It also challenges the pressure on parents to raise children’s self-esteem. Contrary to the current orthodoxy, Harris argues that self-esteem is based on what we do, not on how we are encouraged to feel. Children are perfectly aware of how they compare to, and are regarded by, their peers – and therefore need to develop mechanisms for coping with difficult situations when they arise. She writes: ‘Kids are not fragile. They are tougher than you think. They have to be, because the world out there does not handle them with kid gloves. At home they might hear “What you did made me feel bad”, but out on the playground it’s “You shithead!”’

Sadly, since The Nurture Assumption was first published 10 years ago, the cultural preoccupation with protecting children from any possible negative messages has extended far beyond the confines of the home to include what goes on in the classroom and the school playground, too. There are those who argue that we have a duty to protect children from ever facing the possibility of being called a ‘shithead’ – even by another child. Yet this obsession with protection is problematic.

The strength of The Nurture Assumption is that it encourages parents to worry less about how they bring up their children. However, it falls seriously short in explaining – in the words of the book’s subtitle – ‘why children turn out the way they do’. Harris says: ‘There are hundreds of books that give advice to parents – books that tell you what you’re doing wrong and how to do a better job of raising your kids. Find a good one and it may help to explain why children behave the way they do when they’re at home. My goal is to explain what makes them behave the way they do in the world outside the home – the world where they will spend the rest of their lives.’

Yet Harris’s theoretical framework for explaining what makes us who we are is no less deterministic than the frameworks that she criticises. It is not parents that shape us, she says, but a combination of our genes and ‘group socialisation’. Her model does not go beyond the dualistic concepts of nature and nurture that have plagued much of psychology.

Harris welcomes the fact that ‘there is now more acceptance of the idea that behaviour is influenced by genes and that individual differences in behaviour are due in part to differences in genes’. But environment also has an effect, she says – ‘both on children and on corn’. She even puts a figure on it: ‘In our own species, differences in environment account for about half the variation in personality characteristics.’

Her thesis builds on social psychology’s ‘group socialisation theory’ and the two key concepts of ‘assimilation’ and ‘differentiation’. It is through this ‘groupness’ that children become socialised, Harris argues: ‘Children get their ideas of how to behave by identifying with a group and taking on its attitudes, behaviours, speech and styles of dress and adornments.’ She draws on evolutionary theory to explain the importance of group socialisation: ‘Hating the members of other groups is part of human (and chimpanzee) nature. Our evolutionary history has predisposed us to draw a simple corollary: that we prefer Xs to Ys. We also conclude, as a result of the categorisation process itself, that we are similar to other Xs and different from Ys.’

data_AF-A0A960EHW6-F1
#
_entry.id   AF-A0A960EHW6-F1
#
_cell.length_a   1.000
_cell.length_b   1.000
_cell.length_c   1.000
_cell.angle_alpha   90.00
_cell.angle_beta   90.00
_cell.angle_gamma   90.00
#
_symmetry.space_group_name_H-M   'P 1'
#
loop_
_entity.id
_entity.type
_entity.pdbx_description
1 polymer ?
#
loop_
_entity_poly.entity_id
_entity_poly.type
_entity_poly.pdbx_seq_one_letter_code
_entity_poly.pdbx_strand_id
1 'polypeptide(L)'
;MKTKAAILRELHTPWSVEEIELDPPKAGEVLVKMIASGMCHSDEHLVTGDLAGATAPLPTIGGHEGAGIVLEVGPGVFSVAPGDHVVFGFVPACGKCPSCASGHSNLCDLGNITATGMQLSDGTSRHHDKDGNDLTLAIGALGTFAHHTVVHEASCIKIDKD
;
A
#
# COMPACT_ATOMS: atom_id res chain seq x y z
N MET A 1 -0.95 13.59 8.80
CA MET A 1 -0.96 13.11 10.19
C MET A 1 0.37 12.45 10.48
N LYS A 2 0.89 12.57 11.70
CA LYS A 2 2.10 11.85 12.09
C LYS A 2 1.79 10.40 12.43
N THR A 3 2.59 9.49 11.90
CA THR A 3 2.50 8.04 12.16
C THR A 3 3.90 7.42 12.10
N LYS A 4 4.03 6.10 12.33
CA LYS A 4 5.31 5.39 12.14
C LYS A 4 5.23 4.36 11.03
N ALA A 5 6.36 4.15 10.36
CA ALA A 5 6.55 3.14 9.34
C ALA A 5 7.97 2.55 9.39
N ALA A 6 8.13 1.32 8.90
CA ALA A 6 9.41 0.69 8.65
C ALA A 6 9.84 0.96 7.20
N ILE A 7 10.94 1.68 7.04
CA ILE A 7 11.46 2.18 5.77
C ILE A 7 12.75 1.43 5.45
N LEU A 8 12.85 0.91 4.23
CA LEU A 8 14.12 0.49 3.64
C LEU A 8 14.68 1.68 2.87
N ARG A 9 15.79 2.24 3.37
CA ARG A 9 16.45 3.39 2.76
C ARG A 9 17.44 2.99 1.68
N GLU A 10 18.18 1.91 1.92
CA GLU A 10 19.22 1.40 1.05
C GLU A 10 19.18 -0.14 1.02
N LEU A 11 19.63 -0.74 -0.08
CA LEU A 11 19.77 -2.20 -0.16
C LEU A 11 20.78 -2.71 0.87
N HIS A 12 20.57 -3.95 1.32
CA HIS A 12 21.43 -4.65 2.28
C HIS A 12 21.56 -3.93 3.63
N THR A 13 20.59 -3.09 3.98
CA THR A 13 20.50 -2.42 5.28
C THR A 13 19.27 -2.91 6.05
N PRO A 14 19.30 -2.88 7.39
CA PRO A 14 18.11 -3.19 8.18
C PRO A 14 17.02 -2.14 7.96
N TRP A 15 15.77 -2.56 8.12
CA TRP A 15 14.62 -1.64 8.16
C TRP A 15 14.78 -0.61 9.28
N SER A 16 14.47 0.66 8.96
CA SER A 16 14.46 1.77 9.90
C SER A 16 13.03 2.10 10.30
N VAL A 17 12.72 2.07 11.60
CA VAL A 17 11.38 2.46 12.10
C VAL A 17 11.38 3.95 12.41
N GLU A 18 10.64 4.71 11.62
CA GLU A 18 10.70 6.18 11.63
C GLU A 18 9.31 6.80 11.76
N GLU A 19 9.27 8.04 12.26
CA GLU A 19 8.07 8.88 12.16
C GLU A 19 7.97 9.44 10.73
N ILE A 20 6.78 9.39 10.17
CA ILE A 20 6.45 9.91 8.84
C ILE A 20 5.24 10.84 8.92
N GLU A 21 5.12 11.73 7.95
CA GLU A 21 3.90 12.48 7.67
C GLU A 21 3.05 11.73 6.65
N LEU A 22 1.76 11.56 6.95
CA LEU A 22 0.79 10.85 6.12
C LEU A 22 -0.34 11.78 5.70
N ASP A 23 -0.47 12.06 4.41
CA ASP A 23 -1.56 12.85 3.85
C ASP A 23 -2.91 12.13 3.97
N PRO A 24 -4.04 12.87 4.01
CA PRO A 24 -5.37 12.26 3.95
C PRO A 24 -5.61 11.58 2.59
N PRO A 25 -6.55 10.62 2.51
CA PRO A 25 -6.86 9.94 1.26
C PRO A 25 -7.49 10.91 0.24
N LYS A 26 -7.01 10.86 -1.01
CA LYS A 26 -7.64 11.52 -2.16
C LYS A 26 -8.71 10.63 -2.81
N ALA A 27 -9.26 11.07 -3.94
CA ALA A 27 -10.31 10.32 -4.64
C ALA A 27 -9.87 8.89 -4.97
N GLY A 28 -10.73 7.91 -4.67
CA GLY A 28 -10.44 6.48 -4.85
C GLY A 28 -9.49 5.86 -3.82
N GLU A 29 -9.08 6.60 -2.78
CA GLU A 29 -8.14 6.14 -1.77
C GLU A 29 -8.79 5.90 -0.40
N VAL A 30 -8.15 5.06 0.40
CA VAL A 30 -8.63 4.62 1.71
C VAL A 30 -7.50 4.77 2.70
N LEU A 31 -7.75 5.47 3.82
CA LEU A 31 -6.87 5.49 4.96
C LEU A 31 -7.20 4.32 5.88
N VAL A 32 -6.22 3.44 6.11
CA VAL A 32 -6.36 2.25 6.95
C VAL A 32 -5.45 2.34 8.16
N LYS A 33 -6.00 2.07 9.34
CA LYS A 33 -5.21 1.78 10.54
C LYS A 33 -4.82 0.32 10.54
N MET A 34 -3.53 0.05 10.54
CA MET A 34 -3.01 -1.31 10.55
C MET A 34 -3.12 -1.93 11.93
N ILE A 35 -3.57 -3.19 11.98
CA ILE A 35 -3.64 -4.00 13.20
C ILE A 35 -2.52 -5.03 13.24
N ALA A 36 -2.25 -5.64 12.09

In truth, we cannot understand the complexity of human behaviour on the basis of simplistic rules, such as ‘assimilation’ and ‘differentiation’. These concepts may provide a framework for understanding some of the processes that shape our behaviour, but they would only give us a partial, ahistorical and not very meaningful insight. However, Harris implies that these processes can explain everything from patriotism and war to school achievement and truancy.

Indeed, she goes so far as to argue that: ‘The basic phenomena of group relations – preference for one’s own group, hostility towards other groups, between-group contrast effects, and within-group assimilation and differentiation – are so robust, so easy to demonstrate in the laboratory or observe in natural settings, that social psychologists soon found themselves with little left to do but clean up the crumbs. It was the success of social psychology, not its failure, that led to the decline of the field in the wake of the brilliant research carried out in the 1950s.’

But for me, social psychology is one of the least illuminating and most reactionary branches of psychology. Social psychology was born out of a fear and loathing for the masses at the end of the nineteenth century, in the context of a wave of working-class unrest. In 1895, French social psychologist Gustave le Bon described crowds as mobs in which normal psychological capacities are suppressed, revealing a primal irrational nature. Explaining human behaviour on the basis of ‘group processes’, removed from any understanding of the social context, inevitably ends up undermining individual subjectivity.

Steven Pinker called The Nurture Assumption ‘a turning point in the history of psychology’. But it is only ‘a turning point’ in so far as it has helped swing the pendulum back to the ‘nature’ side of the debate while at the same time redefining ‘nurture’ to mean ‘peer group socialisation’ rather than parental influence.